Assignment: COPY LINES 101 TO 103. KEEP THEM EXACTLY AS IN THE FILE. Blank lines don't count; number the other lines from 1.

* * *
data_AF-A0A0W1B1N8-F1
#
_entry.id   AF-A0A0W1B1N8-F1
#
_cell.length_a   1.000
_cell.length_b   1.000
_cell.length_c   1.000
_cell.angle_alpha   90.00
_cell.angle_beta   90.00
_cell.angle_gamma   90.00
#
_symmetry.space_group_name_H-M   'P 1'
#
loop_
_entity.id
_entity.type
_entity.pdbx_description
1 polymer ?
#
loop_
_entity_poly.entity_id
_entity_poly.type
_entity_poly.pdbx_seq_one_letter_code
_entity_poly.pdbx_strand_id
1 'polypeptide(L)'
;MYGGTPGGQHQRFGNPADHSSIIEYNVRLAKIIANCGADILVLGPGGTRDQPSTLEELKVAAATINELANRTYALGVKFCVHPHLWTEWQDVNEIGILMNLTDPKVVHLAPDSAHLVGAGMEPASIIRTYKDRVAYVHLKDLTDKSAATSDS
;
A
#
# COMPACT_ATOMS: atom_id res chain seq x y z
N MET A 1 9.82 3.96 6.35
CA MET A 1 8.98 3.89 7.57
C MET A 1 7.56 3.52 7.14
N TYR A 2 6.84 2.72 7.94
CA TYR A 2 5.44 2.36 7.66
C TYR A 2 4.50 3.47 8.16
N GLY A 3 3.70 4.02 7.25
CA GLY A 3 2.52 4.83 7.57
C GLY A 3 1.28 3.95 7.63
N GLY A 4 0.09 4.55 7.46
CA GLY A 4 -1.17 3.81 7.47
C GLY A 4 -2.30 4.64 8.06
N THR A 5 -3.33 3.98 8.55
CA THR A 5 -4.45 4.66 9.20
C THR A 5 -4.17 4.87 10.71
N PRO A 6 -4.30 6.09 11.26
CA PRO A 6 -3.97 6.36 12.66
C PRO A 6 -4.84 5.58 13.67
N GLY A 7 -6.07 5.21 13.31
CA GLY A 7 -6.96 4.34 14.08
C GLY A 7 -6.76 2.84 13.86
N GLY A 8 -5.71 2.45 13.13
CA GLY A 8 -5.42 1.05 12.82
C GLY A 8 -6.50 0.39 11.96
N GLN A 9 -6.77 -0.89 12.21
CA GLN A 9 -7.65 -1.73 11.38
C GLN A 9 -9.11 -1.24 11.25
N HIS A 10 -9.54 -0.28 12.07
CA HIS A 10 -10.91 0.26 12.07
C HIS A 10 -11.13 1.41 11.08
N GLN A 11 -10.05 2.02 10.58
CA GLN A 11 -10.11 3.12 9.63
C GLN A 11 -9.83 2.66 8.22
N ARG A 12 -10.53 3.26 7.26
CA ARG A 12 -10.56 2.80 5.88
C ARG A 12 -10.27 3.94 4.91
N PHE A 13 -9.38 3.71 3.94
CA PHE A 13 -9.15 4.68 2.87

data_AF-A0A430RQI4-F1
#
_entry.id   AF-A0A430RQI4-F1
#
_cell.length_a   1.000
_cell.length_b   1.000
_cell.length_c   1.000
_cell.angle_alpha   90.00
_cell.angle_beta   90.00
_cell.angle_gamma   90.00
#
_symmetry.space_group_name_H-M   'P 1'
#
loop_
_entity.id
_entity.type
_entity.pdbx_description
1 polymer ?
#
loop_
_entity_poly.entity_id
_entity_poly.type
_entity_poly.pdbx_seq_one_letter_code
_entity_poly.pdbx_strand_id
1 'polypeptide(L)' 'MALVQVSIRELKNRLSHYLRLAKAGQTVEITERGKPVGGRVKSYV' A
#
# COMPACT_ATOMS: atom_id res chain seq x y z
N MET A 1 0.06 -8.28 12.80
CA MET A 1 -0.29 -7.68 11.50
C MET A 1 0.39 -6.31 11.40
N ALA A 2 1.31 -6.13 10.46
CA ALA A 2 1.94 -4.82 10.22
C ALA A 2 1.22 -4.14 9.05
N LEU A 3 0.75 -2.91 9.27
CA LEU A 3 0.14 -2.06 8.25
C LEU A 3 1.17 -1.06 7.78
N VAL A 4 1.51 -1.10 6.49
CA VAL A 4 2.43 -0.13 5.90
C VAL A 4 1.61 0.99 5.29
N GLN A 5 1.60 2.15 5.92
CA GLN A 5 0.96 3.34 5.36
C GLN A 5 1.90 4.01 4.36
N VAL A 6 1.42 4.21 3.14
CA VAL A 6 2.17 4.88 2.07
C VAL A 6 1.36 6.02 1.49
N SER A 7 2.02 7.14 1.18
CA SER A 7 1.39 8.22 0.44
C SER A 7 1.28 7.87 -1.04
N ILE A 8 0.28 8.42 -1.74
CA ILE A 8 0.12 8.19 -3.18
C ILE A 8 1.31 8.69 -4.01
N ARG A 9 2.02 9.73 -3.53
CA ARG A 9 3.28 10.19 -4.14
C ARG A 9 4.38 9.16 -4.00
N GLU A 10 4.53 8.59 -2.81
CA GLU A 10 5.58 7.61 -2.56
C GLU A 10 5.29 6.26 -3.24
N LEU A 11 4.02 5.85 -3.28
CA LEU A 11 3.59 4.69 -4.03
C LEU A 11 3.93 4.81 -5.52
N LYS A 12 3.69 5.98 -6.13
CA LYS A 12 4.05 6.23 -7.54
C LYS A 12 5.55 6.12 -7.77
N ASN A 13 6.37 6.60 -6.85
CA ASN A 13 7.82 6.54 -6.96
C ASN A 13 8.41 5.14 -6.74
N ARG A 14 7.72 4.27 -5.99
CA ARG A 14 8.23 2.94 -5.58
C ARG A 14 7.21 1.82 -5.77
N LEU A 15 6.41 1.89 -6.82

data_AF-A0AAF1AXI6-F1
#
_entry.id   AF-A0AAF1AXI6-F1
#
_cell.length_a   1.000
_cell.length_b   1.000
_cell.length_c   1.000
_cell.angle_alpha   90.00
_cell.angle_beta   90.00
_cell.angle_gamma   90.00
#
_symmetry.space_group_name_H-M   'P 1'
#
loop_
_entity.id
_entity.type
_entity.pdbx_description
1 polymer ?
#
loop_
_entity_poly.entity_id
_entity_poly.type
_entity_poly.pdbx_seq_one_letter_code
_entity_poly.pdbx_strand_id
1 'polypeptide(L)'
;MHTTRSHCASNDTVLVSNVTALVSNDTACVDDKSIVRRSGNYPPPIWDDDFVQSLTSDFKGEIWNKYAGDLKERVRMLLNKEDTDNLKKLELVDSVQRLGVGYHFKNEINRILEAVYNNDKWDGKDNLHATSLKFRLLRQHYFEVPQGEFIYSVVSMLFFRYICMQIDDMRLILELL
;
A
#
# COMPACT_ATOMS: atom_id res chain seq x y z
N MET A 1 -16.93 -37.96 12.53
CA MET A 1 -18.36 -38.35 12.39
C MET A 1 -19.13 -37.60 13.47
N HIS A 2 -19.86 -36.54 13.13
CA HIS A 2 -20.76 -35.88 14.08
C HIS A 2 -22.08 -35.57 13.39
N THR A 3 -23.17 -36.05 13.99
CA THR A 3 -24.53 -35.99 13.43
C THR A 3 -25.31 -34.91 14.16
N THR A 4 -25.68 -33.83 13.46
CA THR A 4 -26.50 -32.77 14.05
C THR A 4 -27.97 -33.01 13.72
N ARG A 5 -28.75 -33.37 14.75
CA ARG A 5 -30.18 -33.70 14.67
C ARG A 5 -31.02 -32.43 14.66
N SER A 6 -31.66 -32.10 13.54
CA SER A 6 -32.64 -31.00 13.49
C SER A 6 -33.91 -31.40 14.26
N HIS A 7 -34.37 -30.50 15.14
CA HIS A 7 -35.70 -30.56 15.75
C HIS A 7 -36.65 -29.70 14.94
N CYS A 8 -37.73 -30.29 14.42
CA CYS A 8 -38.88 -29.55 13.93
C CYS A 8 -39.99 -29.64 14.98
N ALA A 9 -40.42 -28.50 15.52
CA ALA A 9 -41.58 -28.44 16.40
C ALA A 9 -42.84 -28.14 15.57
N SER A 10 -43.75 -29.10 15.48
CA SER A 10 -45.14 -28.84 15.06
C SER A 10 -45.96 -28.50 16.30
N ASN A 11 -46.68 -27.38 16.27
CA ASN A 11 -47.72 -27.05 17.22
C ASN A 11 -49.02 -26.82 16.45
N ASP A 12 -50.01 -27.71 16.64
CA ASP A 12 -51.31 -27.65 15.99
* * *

C ALA A 2 1.22 -4.14 9.05
N LEU A 3 0.75 -2.91 9.27
CA LEU A 3 0.14 -2.06 8.25